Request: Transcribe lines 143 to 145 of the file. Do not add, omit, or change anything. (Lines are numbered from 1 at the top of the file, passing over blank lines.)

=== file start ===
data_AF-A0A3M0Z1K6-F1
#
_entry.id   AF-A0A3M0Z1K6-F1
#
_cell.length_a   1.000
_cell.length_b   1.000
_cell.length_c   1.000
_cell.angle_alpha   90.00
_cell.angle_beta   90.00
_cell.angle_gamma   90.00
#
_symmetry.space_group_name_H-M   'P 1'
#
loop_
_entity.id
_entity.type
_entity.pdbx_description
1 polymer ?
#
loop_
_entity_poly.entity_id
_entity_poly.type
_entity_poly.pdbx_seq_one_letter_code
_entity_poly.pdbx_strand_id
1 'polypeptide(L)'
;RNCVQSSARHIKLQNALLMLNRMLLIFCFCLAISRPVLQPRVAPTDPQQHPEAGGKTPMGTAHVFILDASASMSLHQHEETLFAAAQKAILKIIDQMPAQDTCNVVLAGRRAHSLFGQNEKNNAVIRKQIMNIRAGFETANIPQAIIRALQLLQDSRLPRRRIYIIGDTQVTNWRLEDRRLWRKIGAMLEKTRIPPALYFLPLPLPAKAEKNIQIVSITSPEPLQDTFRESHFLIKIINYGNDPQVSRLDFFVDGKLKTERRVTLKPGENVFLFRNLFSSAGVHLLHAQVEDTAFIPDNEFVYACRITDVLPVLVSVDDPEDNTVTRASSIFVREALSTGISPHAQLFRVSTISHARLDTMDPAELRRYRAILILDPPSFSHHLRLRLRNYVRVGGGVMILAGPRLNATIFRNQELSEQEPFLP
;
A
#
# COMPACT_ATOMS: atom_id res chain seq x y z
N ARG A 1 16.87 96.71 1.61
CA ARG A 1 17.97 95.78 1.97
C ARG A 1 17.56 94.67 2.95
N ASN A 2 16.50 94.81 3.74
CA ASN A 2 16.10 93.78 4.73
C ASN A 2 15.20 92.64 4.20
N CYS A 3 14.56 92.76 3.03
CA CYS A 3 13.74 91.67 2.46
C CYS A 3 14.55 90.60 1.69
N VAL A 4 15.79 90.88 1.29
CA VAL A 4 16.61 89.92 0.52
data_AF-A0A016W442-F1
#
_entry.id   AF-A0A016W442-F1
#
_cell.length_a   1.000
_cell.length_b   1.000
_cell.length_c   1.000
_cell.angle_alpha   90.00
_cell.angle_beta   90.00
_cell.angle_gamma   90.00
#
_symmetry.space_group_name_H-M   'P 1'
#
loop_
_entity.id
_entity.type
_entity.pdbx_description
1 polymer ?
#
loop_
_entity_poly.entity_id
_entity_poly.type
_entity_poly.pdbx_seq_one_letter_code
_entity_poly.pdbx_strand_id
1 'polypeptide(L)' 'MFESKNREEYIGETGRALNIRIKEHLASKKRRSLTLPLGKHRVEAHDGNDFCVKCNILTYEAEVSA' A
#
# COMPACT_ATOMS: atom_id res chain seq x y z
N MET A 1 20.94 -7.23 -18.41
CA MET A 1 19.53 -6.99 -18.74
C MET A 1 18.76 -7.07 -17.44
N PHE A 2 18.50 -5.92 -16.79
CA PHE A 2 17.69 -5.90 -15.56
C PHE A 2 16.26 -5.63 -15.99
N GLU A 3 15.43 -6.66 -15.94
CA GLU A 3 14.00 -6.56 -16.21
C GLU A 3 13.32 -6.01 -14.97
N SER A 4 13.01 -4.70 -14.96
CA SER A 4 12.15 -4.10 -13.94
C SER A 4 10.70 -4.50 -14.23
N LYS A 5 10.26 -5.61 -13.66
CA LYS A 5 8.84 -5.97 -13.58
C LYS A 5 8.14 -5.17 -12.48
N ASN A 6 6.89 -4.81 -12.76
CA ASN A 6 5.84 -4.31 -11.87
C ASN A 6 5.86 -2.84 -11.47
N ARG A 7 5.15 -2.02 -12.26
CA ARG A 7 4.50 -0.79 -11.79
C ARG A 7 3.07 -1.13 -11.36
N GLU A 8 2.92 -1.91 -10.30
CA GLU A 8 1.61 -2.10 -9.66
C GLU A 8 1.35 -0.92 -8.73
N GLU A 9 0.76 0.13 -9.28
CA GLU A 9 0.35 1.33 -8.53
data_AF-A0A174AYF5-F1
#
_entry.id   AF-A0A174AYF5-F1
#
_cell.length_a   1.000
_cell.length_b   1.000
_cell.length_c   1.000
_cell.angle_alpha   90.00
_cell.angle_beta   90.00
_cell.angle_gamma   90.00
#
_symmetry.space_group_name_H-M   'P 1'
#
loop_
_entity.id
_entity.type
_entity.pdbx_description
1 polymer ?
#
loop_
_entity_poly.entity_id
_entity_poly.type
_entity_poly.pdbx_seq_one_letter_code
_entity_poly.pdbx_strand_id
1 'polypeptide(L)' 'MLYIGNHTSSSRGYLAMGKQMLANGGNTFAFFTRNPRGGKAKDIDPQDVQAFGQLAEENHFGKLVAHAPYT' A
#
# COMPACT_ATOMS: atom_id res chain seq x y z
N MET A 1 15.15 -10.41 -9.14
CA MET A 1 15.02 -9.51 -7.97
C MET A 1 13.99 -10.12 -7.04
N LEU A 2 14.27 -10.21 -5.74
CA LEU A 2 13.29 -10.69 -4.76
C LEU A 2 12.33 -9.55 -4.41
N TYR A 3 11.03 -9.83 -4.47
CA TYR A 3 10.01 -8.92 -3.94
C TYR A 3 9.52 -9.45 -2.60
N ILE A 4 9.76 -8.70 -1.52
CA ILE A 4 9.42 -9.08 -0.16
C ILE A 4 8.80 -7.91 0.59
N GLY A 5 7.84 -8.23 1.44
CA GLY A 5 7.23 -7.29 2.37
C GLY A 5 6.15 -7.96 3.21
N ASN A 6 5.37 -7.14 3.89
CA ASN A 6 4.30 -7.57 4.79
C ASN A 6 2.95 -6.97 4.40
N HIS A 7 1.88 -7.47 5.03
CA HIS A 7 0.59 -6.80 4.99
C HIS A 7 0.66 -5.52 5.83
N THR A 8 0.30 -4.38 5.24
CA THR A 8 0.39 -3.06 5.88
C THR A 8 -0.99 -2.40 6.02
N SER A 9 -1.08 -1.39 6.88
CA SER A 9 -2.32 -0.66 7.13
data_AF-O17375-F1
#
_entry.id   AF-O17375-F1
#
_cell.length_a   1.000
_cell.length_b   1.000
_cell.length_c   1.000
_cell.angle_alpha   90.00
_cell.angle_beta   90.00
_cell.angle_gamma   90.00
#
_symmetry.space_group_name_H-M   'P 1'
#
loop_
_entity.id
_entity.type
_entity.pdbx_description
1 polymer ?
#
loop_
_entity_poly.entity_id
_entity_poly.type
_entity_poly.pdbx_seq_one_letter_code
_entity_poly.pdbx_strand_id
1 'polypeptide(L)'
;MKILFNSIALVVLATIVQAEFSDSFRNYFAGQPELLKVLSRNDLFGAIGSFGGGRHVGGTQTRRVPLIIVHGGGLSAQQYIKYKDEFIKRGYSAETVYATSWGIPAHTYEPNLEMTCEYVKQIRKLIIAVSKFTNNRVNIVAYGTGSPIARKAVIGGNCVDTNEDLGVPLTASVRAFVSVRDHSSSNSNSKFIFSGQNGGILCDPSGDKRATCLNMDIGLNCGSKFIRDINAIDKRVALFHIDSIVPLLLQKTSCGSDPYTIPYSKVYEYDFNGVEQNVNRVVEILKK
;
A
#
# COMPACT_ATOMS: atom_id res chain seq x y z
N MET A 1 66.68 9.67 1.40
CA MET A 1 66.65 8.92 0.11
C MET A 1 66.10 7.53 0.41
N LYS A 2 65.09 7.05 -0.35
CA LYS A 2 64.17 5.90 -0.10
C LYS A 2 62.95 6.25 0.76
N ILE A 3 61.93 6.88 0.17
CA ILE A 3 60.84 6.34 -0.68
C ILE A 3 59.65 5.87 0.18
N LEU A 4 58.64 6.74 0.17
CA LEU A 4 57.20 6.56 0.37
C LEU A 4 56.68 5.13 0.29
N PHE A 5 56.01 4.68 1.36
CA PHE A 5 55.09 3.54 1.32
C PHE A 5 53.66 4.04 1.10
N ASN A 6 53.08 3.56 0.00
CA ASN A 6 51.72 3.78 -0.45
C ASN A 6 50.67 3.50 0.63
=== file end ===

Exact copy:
N THR A 8 0.30 -4.38 5.24
CA THR A 8 0.39 -3.06 5.88
C THR A 8 -0.99 -2.40 6.02